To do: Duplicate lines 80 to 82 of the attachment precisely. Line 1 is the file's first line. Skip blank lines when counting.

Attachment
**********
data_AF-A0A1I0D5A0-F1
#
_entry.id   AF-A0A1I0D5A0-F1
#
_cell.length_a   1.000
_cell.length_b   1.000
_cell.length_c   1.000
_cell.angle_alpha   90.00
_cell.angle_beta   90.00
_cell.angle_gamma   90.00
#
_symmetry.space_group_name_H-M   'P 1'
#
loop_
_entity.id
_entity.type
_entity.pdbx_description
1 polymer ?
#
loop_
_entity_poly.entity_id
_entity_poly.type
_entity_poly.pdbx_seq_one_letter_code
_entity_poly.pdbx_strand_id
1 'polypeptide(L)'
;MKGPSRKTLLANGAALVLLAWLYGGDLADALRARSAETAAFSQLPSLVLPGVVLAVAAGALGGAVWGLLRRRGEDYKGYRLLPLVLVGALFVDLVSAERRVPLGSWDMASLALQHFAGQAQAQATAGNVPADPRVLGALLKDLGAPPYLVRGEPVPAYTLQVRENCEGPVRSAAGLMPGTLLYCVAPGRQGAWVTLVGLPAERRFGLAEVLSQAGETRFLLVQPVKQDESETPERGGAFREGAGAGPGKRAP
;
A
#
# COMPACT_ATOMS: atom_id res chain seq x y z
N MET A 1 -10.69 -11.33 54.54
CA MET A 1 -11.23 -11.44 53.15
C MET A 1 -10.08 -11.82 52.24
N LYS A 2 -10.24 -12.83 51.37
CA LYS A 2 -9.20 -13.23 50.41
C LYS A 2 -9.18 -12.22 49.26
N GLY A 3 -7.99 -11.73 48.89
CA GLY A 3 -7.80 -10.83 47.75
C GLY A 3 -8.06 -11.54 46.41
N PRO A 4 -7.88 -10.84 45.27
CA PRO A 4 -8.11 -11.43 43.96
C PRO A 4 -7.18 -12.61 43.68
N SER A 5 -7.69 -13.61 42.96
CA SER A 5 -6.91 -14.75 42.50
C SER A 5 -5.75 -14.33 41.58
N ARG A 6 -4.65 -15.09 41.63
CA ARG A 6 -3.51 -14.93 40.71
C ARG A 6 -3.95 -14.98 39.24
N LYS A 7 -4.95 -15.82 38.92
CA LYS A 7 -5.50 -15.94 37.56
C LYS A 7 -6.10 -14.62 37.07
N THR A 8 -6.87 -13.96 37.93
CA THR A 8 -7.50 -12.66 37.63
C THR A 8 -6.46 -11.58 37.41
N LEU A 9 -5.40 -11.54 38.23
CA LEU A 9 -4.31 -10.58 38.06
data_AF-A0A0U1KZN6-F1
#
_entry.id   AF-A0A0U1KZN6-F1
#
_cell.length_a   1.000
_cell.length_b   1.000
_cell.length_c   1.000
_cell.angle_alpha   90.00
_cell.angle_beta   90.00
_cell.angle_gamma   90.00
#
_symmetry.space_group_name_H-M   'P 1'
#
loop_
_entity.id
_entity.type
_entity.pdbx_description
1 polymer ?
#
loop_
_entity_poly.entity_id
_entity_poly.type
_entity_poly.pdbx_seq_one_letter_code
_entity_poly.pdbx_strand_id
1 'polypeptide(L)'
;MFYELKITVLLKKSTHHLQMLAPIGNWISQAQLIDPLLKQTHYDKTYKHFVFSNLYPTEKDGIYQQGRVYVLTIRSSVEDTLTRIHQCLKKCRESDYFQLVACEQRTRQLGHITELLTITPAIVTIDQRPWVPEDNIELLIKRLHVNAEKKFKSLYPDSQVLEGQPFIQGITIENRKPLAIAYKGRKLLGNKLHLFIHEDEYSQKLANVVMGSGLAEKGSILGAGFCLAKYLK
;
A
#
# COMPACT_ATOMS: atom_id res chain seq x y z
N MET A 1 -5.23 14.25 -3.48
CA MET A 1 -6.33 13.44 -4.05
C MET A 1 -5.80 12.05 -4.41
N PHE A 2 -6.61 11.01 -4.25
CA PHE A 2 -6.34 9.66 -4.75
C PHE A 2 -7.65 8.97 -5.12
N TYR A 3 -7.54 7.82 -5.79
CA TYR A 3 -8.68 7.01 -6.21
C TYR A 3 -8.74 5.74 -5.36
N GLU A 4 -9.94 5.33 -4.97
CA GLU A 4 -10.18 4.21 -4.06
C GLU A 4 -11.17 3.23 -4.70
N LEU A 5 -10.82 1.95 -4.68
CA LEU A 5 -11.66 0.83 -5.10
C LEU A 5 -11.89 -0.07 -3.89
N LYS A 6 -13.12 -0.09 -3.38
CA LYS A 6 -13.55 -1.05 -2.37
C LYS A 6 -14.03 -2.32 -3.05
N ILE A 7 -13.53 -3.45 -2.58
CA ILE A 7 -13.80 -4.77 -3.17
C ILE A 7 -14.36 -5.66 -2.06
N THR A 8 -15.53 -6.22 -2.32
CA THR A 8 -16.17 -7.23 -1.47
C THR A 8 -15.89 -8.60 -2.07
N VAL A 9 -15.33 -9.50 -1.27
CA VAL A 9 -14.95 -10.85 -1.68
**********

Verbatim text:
_entity_poly.pdbx_strand_id
1 'polypeptide(L)'
;MFYELKITVLLKKSTHHLQMLAPIGNWISQAQLIDPLLKQTHYDKTYKHFVFSNLYPTEKDGIYQQGRVYVLTIRSSVEDTLTRIHQCLKKCRESDYFQLVACEQRTRQLGHITELLTITPAIVTIDQRPWVPEDNIELLIKRLHVNAEKKFKSLYPDSQVLEGQPFIQGITIENRKPLAIAYKGRKLLGNKLHLFIHEDEYSQKLANVVMGSGLAEKGSILGAGFCLAKYLK